Published: Nov. 17, 2021

First Peoples Worldwide is an Indigenous-led organization that translates on-the-ground impacts of investment affecting Indigenous Peoples to corporate decision-makers. We deploy multiple strategies at the intersection of business, law, and finance to build the business case for respect for the rights of Indigenous Peoples. Please take a moment to read First Peoples Worldwide’s annual report, which encompasses project and engagement highlights from July 2020 through June 2021. 

MESSAGE FROM FIRST PEOPLES WORLDWIDE EXECUTIVE DIRECTOR

Kate R. FinnDear Friends

I am delighted to present to you our Annual Report, and I am so grateful for our continued partnership with Indigenous Peoples, investors, and organizations around the world that make our work to drive change in the capital markets possible every day. Through these partnerships, we at First Peoples Worldwide have a unique view of the many ways that the ecosystem of corporate accountability is experiencing a tectonic shift in real-time.

First, for the last three decades the work of our founder Rebecca Adamson and others has mainstreamed corporate advocacy and shareholder advocacy strategies for Indigenous Peoples. After Rebecca’s retirement, Carla Fredericks, who led the organization through the end of 2020, recognized the opportunity to harness parallel strategies in the corporate, legal, and international human rights sector to create powerful channels of effective advocacy for Indigenous Peoples to decision-makers at all levels. When we field questions today, they are about how to deploy a campaign, what priorities to set, and which message to send. Thanks to these visionary women, and the work of so many Indigenous leaders, we have moved past the question of whether this strategy will work, but rather how best to point precious resources towards success.

Second, we are watching the waves of advocacy begin to create change across multiple sectors. In the banking sector especially, the questions have moved beyond what is free, prior and informed consent (FPIC), to how does FPIC work, what can we do to move this inherent right forward, and who else is operationalizing FPIC. The field is shifting, and our role is vital as a leader for sector-based movement in recognition of Indigenous Peoples’ rights and sovereignty.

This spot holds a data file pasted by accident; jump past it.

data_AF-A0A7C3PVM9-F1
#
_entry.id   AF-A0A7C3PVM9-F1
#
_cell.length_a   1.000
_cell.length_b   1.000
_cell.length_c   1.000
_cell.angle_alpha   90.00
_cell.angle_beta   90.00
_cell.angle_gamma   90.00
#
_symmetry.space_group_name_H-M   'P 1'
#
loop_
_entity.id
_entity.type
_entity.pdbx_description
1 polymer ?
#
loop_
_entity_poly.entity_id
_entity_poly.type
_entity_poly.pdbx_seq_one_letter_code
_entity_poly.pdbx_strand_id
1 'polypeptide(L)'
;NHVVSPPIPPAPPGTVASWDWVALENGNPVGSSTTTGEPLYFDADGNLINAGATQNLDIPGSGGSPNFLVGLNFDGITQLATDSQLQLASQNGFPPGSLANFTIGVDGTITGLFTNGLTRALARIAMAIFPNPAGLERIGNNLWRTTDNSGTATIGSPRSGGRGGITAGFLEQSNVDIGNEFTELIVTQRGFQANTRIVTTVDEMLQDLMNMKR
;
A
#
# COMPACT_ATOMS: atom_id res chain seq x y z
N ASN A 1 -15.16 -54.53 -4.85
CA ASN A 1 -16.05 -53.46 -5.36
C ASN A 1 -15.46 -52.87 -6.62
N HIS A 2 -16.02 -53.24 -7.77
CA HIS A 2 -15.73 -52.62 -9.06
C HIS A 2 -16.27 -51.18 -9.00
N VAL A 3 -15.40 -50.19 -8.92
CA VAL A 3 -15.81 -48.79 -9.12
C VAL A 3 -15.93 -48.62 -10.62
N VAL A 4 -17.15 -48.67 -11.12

Third, there is an appetite among sector leaders for more depth, more details and quick forward movement. We have continued to provide capacity building through one-on-one and workshop engagements about core issues such as FPIC, and the nexus between environmental, economic, and social sustainability. We have also seen an increase in desire for information about not just screening out bad practices, but how to move forward in a good way. More companies are asking how to build deal structures consonant with Indigenous values; which criteria to include in an investment thesis; and where to start activating metrics on the “S” in ESG.

Given our unique role at the intersection of business, law, and finance, this report highlights the many strategies that First Peoples Worldwide deployed to uplift Indigenous Peoples from July 2020 through June 2021.

In brief, we were honored to lead on the investor campaign that pushed the Washington Football Team to remove its racist name, and we continue to bring together the investors and Indigenous organizations to mobilize positive change and show that racist branding has no place in corporate culture. We also saw the power of integrating international advocacy and corporate engagement when 29 global financial institutions refused to finance oil and gas drilling in the Coastal Plain of the Arctic Refuge, sacred to the Gwich’in. Our work to support the Gwich’in Steering Committee continues to build on this success. We’ve also seen traction among investors and Native enterprise alike after the release of our paper Harnessing Private Equity for Indigenous Peoples. Finally, through our coordinating role for the Investors & Indigneous Peoples Working Group, the group drove action to uplift the priorities and concerns of Indigneous Peoples in investor circles, shareholder advocacy, and regulatory mechanisms.

I am grateful for the support of our partners, programmatic participants, and all who have come alongside this critical work in the last year and over the decades. We at First Peoples Worldwide look forward to continuing the work with you in the years ahead to build a more just, equitable, and sustainable future from a foundation of Indigenous values.

Warmly,

Kate R. Finn, Executive Director
First Peoples Worldwide

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